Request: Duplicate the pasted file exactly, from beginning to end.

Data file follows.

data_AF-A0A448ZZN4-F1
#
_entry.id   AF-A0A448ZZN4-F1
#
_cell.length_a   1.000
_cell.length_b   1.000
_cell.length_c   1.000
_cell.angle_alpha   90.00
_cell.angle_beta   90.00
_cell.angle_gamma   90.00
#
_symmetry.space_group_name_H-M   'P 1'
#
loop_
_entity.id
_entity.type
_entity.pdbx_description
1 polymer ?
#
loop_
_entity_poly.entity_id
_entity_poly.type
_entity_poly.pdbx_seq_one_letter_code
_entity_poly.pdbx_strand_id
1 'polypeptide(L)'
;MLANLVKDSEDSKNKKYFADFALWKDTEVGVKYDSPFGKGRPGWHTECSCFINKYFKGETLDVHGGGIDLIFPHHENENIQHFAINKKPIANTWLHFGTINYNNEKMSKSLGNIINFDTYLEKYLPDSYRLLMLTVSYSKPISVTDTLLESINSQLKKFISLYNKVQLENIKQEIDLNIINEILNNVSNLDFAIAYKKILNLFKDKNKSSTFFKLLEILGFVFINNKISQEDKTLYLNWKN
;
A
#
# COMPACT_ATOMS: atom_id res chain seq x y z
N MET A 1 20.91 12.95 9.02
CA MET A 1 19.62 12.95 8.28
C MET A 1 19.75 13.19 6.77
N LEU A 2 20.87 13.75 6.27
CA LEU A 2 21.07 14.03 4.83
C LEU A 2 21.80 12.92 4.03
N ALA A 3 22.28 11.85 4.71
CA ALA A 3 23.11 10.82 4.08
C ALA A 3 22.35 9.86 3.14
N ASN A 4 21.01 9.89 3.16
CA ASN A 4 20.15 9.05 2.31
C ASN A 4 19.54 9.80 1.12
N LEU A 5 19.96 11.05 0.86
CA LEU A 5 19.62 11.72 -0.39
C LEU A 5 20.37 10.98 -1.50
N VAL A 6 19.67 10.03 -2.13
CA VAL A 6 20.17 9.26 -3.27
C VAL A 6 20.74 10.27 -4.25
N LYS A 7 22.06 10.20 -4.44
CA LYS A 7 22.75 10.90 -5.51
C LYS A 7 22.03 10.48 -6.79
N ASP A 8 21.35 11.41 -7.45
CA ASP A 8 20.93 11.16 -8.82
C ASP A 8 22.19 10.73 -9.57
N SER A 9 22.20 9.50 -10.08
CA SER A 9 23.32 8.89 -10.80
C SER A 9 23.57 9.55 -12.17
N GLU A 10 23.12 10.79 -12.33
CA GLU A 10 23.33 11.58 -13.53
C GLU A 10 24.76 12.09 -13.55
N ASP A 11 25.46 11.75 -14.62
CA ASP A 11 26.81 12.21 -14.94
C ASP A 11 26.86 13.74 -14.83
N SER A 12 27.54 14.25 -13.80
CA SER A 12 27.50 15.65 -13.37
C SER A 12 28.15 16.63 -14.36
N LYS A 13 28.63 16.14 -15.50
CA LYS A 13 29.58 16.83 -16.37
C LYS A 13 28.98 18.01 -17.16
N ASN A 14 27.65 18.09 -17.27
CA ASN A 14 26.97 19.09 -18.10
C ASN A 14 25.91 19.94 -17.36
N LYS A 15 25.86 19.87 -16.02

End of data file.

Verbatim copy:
data_AF-A0A448ZZN4-F1
#
_entry.id   AF-A0A448ZZN4-F1
#
_cell.length_a   1.000
_cell.length_b   1.000
_cell.length_c   1.000
_cell.angle_alpha   90.00
_cell.angle_beta   90.00
_cell.angle_gamma   90.00
#
_symmetry.space_group_name_H-M   'P 1'
#
loop_
_entity.id
_entity.type
_entity.pdbx_description
1 polymer ?
#
loop_
_entity_poly.entity_id
_entity_poly.type
_entity_poly.pdbx_seq_one_letter_code
_entity_poly.pdbx_strand_id
1 'polypeptide(L)'
;MLANLVKDSEDSKNKKYFADFALWKDTEVGVKYDSPFGKGRPGWHTECSCFINKYFKGETLDVHGGGIDLIFPHHENENIQHFAINKKPIANTWLHFGTINYNNEKMSKSLGNIINFDTYLEKYLPDSYRLLMLTVSYSKPISVTDTLLESINSQLKKFISLYNKVQLENIKQEIDLNIINEILNNVSNLDFAIAYKKILNLFKDKNKSSTFFKLLEILGFVFINNKISQEDKTLYLNWKN
;
A
#
# COMPACT_ATOMS: atom_id res chain seq x y z
N MET A 1 20.91 12.95 9.02
CA MET A 1 19.62 12.95 8.28
C MET A 1 19.75 13.19 6.77
N LEU A 2 20.87 13.75 6.27
CA LEU A 2 21.07 14.03 4.83
C LEU A 2 21.80 12.92 4.03
N ALA A 3 22.28 11.85 4.71
CA ALA A 3 23.11 10.82 4.08
C ALA A 3 22.35 9.86 3.14
N ASN A 4 21.01 9.89 3.16
CA ASN A 4 20.15 9.05 2.31
C ASN A 4 19.54 9.80 1.12
N LEU A 5 19.96 11.05 0.86
CA LEU A 5 19.62 11.72 -0.39
C LEU A 5 20.37 10.98 -1.50
N VAL A 6 19.67 10.03 -2.13
CA VAL A 6 20.17 9.26 -3.27
C VAL A 6 20.74 10.27 -4.25
N LYS A 7 22.06 10.20 -4.44
CA LYS A 7 22.75 10.90 -5.51
C LYS A 7 22.03 10.48 -6.79
N ASP A 8 21.35 11.41 -7.45
CA ASP A 8 20.93 11.16 -8.82
C ASP A 8 22.19 10.73 -9.57
N SER A 9 22.20 9.50 -10.08
CA SER A 9 23.32 8.89 -10.80
C SER A 9 23.57 9.55 -12.17
N GLU A 10 23.12 10.79 -12.33
CA GLU A 10 23.33 11.58 -13.53
C GLU A 10 24.76 12.09 -13.55
N ASP A 11 25.46 11.75 -14.62
CA ASP A 11 26.81 12.21 -14.94
C ASP A 11 26.86 13.74 -14.83
N SER A 12 27.54 14.25 -13.80
CA SER A 12 27.50 15.65 -13.37
C SER A 12 28.15 16.63 -14.36
N LYS A 13 28.63 16.14 -15.50
CA LYS A 13 29.58 16.83 -16.37
C LYS A 13 28.98 18.01 -17.16
N ASN A 14 27.65 18.09 -17.27
CA ASN A 14 26.97 19.09 -18.10
C ASN A 14 25.91 19.94 -17.36
N LYS A 15 25.86 19.87 -16.02